Gimenez's homer completely left Fenway Park over the Monster.

Red Sox do not need Sonny Gray, and they know it

Red Sox do not need Sonny Gray, and they know it

BOSTON — Sonny Gray is not what the Red Sox need.

As of Monday, the power rankings of their trade targets should go as such: 1. Third baseman 2. Reliever 3. Back-end starter.

When he was addressing the addition of Doug Fister three days ago, Sox president of baseball operations Dave Dombrowski noted that a premier starter is not what he lacks.

“Unlike maybe some other clubs, I don't believe that we need to add a top-of-the-rotation-type starter,” Dombrowski said. “We have [Chris] Sale. I think David Price continues to make strides to come back. His stuff is good he's just got to get back. [Drew] Pomeranz has thrown well for us. [Eduardo] Rodriguez has thrown well. We know Rick Porcello is a good pitcher.

“So we're not, maybe other clubs are looking for that No. 1, No. 2 type starter. That's not really important for us. I think it's more important to be in a position where we add depth for us, somebody that can help us win major league games if needed.”

Yahoo’s Jeff Passan on Monday reported that the Red Sox “have quietly sent some of their most respected evaluators to his last two starts. This could fall under standard due diligence, but one source familiar with their intentions said the Red Sox are keen for Gray – and when president Dave Dombrowski targets a player, the price for other teams jumps accordingly.”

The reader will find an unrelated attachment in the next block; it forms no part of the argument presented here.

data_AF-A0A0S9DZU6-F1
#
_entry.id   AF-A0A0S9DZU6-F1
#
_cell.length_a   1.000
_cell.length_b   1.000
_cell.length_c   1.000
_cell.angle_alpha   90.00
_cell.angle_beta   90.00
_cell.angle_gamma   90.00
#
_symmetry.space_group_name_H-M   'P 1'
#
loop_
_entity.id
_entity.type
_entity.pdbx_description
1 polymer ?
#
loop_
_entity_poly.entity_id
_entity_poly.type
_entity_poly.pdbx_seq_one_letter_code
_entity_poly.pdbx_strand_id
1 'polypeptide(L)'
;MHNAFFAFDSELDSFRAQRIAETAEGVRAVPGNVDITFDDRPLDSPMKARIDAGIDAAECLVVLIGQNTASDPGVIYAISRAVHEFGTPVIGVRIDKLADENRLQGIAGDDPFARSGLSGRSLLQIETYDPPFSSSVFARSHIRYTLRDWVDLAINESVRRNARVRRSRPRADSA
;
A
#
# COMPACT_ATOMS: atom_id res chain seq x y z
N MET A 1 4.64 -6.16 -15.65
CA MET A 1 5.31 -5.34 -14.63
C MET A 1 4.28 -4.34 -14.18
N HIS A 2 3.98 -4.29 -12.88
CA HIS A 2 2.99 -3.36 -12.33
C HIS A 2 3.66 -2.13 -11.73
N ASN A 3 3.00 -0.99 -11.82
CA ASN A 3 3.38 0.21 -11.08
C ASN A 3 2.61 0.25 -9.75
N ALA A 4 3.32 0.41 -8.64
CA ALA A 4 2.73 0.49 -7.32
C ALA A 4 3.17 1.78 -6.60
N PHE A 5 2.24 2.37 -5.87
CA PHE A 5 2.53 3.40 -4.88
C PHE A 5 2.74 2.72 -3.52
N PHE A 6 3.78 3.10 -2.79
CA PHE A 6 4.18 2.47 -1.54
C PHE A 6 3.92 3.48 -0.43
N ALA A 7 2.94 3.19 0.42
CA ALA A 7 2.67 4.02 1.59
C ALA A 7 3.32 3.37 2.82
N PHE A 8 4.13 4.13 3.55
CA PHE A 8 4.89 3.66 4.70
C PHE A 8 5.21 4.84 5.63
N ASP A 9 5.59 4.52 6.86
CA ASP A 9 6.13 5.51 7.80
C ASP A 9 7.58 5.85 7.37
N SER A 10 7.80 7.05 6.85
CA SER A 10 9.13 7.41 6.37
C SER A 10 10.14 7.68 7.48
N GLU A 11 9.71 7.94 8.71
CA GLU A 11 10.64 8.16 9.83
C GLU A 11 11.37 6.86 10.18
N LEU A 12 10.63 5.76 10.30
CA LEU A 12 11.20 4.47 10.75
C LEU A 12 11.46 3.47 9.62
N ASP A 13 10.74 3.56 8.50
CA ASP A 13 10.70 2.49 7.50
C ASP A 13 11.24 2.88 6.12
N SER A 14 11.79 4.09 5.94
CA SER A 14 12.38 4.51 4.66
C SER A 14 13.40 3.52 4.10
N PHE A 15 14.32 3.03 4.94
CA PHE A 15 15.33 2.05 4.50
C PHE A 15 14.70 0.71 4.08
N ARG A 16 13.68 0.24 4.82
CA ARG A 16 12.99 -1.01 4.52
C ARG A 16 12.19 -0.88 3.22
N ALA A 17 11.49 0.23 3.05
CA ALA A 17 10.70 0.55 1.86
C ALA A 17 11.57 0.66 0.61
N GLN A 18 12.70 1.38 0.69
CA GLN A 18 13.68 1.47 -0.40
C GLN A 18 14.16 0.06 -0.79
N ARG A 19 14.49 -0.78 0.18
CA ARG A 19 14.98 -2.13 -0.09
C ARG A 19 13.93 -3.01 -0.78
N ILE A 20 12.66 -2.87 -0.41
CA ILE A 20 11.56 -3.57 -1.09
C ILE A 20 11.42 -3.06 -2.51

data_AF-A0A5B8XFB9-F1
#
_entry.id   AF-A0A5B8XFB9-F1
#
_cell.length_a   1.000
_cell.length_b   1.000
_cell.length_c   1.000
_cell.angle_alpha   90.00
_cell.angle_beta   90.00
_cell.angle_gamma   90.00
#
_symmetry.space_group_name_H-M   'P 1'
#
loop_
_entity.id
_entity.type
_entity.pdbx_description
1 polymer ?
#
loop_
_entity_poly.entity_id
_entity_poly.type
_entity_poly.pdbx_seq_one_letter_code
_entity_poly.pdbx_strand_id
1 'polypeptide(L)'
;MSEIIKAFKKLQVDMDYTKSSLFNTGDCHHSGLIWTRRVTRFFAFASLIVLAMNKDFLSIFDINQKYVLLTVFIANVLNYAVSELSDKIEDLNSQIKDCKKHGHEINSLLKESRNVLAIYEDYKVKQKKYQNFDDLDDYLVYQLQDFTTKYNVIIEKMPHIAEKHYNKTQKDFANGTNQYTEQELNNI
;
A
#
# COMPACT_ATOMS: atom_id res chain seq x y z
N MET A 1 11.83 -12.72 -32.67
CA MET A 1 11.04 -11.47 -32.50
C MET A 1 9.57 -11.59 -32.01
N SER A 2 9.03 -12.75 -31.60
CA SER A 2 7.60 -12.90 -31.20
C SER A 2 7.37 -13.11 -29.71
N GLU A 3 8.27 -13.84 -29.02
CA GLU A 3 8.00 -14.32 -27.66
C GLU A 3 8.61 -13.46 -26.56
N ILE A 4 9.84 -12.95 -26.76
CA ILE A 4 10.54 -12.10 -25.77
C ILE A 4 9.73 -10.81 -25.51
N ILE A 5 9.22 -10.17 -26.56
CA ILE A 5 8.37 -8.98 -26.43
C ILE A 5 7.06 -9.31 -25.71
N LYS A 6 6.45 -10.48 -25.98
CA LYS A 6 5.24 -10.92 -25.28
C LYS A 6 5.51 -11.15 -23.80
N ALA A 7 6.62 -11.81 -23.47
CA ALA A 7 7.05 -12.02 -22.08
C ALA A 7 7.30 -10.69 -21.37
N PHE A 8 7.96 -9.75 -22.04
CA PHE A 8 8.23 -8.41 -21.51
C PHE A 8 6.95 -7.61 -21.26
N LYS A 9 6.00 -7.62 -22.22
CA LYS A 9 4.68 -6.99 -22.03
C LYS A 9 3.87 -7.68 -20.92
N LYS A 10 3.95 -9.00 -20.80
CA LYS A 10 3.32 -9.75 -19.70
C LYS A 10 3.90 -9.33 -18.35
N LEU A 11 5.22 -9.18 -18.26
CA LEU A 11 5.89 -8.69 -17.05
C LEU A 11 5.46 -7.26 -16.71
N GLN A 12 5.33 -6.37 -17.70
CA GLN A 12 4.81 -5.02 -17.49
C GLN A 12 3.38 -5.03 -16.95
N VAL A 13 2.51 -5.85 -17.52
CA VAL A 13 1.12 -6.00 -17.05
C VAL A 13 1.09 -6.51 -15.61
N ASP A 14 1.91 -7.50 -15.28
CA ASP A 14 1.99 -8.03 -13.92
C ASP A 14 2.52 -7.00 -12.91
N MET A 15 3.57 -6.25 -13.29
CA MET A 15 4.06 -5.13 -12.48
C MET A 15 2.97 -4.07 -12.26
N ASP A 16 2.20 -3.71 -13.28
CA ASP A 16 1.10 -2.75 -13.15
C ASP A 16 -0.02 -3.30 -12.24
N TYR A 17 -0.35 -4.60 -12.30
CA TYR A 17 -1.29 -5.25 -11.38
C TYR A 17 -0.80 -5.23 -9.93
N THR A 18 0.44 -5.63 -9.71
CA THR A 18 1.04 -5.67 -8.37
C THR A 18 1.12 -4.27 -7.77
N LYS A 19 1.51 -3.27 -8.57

Due diligence is indeed all the Red Sox are up to, a baseball source with knowledge of the team’s thinking told CSNNE.com on Monday.

The Red Sox’ trade chips are limited, if they don’t want to drastically diminish their farm system. Gray is very close with David Price, but Gray's 4.45 ERA isn’t inspiring. He has a 3.60 FIP — fielding independent pitching — and has great talent. But again, he doesn’t play the hot corner.

Offense on a whole is a greater need. The Sox entered Monday with the third lowest slugging percentage in the AL. Hanley Ramirez is now battling some left knee pain as well as his shoulder issue, after he took a pitch off the knee Sunday.

It’s warmed up, but the Sox power bats have not also warmed up.

“I wouldn’t hinge this all on just temperature,” manager John Farrell said Monday. “And I don’t know that we use that as an excuse prior. . . Over the last three or four weeks, it’s kind of stagnated a little bit. I think the biggest thing for us as a group is to still maintain a consistent approach at the plate. When we think about getting too much muscle in a swing, eventually the strike zone expands, you don’t get the pitch that you’re looking for. We can’t afford to maybe go away from that approach for the sake of maybe trying to drive the ball with greater consistency.”

Tzu-Wei Lin was starting for the Sox on Monday, yet another in the third-base carousel. Jhonny Peralta and Pablo Sandoval (rehab assignment) are going to alternate time at third base starting Tuesday with Triple-A Pawtucket. 

That’s where they need help.

The bullpen can’t be overlooked either. Carson Smith started a throwing program again Monday, but it’s unclear when he’ll be able to return, or at what effectiveness.